He said he had not told his parents that he had come to Begumpur, but if they were to find out, it would not lead to a problem for him. Asked if any of his friends had accompanied him, he said there were a couple of them, all employed youths like him who had taken a day off from work.
“What’s the point of going to work when our very life is at stake,” he said. “We kickstart our motorcycles and leave for offices every day. The Muslim youths laugh behind our back, saying it’s they who will eventually take everything from us.”
Asked what makes him reach this conclusion, Aditya cited Kashmir and Kairana. “It’s all about demography of the area.”
He continued, “we follow the law. We follow the Constitution. We have one wife. They [Muslims] don’t follow the law. They don’t follow the Constitution but their holy book. They keep four wives. Does the Constitution exist only to fool Hindus?”
Aditya said that in his opinion, a population control law is need of the hour. The next in his priority list is a nationwide ‘love jihad’ law on the lines of Uttar Pradesh.
He said he appealed to residents of Begumpur to leave their homes and gather in the streets to express their protest against the crime. “We told them what’s happening all around the country. How Hindu girls are being targetted, converted and killed. We asked them to hit the streets in demand of love jihad law like UP,” he said.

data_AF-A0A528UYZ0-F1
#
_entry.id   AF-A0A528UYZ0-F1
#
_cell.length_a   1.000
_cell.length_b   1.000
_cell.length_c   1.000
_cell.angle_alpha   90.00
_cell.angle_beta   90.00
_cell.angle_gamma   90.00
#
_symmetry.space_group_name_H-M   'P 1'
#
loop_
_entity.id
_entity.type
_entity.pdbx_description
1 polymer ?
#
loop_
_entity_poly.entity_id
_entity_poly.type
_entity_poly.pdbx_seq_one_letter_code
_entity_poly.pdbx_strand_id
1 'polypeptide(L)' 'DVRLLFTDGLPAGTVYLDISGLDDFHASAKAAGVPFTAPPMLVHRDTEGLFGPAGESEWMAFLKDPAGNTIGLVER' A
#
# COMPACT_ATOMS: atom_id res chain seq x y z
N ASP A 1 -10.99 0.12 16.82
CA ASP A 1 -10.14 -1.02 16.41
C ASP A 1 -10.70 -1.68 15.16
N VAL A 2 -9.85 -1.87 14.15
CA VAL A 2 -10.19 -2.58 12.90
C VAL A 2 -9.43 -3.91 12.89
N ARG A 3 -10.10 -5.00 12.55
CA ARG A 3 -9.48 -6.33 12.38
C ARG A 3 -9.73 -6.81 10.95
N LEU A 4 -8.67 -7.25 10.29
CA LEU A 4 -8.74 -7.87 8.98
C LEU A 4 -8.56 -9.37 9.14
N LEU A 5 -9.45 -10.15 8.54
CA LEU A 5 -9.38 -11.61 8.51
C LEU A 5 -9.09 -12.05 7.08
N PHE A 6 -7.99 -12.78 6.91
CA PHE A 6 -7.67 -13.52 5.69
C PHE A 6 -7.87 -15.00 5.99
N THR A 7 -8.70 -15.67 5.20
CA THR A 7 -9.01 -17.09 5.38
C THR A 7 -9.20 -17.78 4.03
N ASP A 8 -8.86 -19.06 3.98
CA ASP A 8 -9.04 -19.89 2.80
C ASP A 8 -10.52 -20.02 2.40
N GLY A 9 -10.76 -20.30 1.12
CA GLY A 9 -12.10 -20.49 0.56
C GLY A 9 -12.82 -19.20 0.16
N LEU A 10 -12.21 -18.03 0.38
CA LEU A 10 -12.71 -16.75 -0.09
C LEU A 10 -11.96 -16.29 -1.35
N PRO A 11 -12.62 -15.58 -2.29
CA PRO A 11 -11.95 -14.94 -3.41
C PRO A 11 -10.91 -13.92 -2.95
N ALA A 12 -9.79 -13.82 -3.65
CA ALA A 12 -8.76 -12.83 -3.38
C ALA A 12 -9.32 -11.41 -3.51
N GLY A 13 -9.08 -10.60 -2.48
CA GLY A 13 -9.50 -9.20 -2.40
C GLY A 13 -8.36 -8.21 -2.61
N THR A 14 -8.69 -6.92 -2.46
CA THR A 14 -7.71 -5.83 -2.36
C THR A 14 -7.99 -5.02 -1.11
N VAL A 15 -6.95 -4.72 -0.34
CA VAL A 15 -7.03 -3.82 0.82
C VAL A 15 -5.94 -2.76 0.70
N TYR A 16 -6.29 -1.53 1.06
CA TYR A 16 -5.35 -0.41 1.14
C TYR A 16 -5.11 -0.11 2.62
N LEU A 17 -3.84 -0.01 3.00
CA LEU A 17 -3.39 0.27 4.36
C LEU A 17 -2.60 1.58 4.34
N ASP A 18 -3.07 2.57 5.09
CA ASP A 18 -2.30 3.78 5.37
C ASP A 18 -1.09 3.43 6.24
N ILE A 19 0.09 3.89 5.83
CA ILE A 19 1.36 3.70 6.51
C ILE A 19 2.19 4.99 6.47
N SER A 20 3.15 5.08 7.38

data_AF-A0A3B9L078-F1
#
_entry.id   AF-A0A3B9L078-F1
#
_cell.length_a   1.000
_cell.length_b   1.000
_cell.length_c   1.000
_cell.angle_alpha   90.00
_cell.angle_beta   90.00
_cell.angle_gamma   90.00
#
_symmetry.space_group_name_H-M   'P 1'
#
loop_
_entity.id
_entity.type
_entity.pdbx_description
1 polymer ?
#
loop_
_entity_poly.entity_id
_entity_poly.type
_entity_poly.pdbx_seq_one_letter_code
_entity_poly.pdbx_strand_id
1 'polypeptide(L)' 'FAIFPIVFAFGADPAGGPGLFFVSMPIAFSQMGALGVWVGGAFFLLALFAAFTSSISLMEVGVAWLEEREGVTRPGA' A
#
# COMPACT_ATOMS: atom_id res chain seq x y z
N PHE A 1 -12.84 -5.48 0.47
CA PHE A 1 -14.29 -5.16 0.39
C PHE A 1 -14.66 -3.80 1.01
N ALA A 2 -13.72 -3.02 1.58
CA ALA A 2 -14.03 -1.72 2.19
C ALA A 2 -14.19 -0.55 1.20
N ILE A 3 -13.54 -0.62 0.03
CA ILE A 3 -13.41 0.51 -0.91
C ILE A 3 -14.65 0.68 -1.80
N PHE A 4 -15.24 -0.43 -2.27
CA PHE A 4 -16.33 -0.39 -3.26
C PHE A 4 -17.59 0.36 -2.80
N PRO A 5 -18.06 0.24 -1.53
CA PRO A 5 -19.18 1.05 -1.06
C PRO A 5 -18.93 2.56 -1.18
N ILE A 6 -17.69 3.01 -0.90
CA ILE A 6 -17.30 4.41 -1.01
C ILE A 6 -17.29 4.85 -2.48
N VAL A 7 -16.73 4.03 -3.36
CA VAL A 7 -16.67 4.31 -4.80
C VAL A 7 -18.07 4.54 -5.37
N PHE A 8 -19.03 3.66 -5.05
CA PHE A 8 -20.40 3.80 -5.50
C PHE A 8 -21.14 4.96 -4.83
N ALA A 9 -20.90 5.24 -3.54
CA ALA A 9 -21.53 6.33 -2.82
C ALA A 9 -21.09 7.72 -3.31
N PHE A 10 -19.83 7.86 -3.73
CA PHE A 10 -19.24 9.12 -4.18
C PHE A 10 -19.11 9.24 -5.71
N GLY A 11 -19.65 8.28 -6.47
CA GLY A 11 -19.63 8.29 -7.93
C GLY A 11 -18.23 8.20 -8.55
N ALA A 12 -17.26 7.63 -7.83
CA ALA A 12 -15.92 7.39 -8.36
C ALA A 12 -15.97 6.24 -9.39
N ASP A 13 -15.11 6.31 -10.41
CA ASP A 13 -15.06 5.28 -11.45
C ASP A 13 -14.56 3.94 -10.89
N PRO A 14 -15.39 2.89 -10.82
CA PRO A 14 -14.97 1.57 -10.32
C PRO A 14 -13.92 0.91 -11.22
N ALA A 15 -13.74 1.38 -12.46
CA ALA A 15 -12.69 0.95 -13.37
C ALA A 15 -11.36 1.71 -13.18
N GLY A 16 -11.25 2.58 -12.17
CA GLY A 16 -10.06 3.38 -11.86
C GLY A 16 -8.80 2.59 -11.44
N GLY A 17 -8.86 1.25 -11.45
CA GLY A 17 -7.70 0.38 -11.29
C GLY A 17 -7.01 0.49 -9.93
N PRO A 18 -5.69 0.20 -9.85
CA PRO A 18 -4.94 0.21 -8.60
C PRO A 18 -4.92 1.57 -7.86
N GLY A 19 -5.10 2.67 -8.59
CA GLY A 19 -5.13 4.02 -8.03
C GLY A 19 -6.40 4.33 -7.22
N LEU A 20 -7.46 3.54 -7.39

Aditya said he was thankful that the media has now begun to reveal the identity of criminals if they are Muslims, a practice not followed in the past. “Earlier, they would identify such criminals only as ‘samuday vishesh’. Now they don’t. That’s a good thing. But now that the police are stopping media from doing their job, how will they show the truth?” he said.
When asked, Aditya said he voted for the Bharatiya Janata Party (BJP) in general elections in 2019 and then in Delhi assembly elections in 2020. He said he had voted for Aam Aadmi Party when it fought the elections in 2015 for the second time.
The ‘love jihad’ law cited by Aditya is in reality a law against forced religious conversions enacted by the Yogi Adityanath-led government in UP in November even though Adityanath himself has been calling it a law against “love jihad” in his political speeches.
It’s clear from Aditya’s words that his ‘Hindu activism’ is triggered by fear of a shift in demography in India in favour of Muslims and crimes perpetrated by members of the Muslim community on Hindus that he comes to know through mobile messaging apps and news channels.
He rejects the suggestion that the religious identities of victims and perpetrators may be incidental to the crimes. He smirks at it. “Only Akhlaq was communally motivated, is it not?” he says bitterly.
Aditya belongs to a category of men that the ‘secular’ media and commentators often label as ‘radicalised Hindus’, ‘budding vigilantes’ and even ‘hate-mongers’. However, while the sight of a youth wearing a saffron stole sends the ‘seculars’ into a collective panic, the impression is quite different among locals.
When asked about the presence of saffron stole-sporting, tilak-adorning ‘outsider’ Hindu youths in the area since the crime, two locals — Nem Singh and Mahesh Chand — said they did not have a problem.
“They are not creating any problem. They have come all the way to stand with us. Why should we have a problem?” said Singh while Chand expressed his support to the statement.